To Teach the University is to Teach Reparations: A Class Project
“You Only get what you are organized to take” by Josh MacPhee (2017) via Just Seeds.
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Keywords

critical pedagogy
reparations
composition
urban renewal
critical university studies

How to Cite

Conley, J. (2021). To Teach the University is to Teach Reparations: A Class Project. Radical Teacher, 119, 41-51. https://doi.org/10.5195/rt.2021.750

Abstract

If scholars and activists have long noticed that discussions about reparations re-emerge during periods of intense racial strife, then perhaps it is not surprising that reparations have again become an increasingly mainstream conversation in the US. Significantly, the university has not been insulated from these discussions, but in fact has become an important site of this struggle. As of now, most critical attention both on the page and in the streets has been pointed at private, elite universities in which the fact of the university’s founding during the antebellum US becomes a flash point for the discussions of the legacy of slavery. However, using my own university teaching context as an example, I show that the discussion of reparations in the context of the American University need not – and indeed, as many scholars and activists argue, should not – be limited to those institutions that were funded from slavery’s profits or were literally built with slave labor. By discussing a course project that looks into my own university’s history, I model one strategy for educators to normalize the discussion of reparations as well as expand its reach to encompass more recent and ongoing injuries to African-American communities.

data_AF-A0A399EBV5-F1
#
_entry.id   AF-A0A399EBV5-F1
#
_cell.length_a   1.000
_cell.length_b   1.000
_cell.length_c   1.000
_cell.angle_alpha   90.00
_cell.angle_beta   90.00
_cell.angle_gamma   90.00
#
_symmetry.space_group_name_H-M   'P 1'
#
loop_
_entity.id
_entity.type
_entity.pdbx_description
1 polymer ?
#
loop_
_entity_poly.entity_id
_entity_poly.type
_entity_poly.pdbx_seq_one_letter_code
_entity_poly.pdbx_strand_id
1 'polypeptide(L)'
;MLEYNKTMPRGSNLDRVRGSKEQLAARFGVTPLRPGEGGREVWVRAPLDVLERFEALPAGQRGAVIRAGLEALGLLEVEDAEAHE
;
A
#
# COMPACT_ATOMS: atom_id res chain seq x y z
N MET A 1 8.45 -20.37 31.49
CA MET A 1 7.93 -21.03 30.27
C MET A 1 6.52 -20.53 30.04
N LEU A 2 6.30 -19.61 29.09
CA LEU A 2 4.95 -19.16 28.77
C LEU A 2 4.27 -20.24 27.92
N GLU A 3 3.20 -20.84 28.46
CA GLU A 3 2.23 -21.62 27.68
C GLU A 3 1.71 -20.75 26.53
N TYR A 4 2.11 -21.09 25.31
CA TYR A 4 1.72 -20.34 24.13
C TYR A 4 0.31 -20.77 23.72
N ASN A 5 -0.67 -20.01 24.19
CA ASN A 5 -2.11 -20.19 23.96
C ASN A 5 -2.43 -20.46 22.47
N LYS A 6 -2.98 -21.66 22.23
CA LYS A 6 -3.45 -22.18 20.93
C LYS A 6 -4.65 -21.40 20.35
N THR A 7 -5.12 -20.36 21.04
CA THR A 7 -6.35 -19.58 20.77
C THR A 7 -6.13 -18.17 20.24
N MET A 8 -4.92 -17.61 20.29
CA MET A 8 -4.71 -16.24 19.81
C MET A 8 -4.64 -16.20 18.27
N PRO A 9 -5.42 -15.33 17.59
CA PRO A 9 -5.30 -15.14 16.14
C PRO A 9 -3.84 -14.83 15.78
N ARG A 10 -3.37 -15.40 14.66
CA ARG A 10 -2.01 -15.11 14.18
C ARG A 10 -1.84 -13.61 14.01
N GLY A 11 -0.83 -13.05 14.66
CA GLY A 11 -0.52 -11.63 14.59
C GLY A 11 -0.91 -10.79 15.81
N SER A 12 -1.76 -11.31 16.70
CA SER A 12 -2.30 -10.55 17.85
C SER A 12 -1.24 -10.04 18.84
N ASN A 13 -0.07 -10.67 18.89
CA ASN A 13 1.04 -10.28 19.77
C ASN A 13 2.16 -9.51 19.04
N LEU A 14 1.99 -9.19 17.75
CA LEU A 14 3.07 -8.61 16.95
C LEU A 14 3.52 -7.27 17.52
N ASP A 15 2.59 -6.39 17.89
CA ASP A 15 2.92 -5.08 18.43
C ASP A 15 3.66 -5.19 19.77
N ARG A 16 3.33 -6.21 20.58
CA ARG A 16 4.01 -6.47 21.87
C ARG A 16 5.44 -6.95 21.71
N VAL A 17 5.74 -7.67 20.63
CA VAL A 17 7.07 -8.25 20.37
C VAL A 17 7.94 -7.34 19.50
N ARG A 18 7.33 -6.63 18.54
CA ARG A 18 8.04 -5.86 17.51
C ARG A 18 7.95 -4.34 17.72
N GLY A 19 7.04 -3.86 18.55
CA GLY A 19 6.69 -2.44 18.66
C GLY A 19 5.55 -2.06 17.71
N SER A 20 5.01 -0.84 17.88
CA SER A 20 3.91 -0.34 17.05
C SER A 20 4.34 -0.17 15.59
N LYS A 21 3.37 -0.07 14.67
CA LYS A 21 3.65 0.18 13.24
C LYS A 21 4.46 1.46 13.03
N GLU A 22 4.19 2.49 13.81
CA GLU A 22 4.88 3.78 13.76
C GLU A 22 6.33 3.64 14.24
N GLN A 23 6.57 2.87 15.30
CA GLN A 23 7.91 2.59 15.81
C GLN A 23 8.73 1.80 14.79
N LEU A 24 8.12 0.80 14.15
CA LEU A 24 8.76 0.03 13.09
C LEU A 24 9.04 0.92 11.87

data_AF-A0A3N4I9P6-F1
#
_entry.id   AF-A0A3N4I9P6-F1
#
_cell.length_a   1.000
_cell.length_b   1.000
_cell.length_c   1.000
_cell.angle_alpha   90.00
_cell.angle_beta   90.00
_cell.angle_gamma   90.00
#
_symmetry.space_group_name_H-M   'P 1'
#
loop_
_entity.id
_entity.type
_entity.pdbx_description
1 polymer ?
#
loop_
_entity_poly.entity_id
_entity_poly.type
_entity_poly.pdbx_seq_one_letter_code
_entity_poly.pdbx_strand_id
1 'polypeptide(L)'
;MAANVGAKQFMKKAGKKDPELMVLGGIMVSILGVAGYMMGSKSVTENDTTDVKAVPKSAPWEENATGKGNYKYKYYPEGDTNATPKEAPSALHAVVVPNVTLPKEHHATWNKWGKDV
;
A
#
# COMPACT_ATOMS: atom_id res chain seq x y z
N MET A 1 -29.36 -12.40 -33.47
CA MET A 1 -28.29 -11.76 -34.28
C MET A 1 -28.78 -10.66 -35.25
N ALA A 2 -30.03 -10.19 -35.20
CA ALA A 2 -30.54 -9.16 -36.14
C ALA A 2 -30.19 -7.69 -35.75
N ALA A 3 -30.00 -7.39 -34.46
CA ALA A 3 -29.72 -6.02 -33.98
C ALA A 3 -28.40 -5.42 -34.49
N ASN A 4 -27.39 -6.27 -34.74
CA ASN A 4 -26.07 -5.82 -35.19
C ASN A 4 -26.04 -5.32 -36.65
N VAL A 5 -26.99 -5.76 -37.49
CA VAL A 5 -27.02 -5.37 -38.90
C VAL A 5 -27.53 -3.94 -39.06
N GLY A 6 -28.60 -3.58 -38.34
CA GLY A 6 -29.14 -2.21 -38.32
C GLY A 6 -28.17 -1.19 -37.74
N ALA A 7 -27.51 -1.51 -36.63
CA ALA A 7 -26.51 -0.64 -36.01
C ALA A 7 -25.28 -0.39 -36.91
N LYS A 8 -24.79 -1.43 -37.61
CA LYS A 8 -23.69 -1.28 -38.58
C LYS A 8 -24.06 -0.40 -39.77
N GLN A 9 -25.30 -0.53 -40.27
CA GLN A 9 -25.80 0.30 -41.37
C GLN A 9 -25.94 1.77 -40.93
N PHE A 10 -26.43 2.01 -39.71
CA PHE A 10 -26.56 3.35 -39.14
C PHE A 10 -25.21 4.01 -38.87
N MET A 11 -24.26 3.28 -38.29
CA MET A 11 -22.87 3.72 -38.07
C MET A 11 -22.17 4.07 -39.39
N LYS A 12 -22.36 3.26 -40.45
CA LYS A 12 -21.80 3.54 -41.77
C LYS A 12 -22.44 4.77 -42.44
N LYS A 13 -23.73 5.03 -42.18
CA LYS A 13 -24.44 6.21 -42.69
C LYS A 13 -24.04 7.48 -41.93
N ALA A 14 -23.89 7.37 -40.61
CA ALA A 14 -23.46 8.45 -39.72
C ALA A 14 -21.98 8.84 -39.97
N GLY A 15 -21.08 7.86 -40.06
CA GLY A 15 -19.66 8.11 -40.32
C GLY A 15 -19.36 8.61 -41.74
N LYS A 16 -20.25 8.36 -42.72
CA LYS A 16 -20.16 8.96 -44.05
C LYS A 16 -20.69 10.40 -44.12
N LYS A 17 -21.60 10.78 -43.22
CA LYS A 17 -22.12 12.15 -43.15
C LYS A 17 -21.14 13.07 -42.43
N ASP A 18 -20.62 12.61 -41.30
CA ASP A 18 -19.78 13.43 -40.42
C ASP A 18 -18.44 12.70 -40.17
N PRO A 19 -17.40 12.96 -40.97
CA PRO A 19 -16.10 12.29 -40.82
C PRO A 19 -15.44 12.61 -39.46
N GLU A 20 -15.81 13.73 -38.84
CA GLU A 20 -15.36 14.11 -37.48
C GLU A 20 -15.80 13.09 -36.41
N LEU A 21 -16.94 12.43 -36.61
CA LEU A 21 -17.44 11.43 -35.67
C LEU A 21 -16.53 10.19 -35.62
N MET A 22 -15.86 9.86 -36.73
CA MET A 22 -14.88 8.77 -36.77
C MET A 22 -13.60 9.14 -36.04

https://doi.org/10.5195/rt.2021.750
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References

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Copyright (c) 2021 John Conley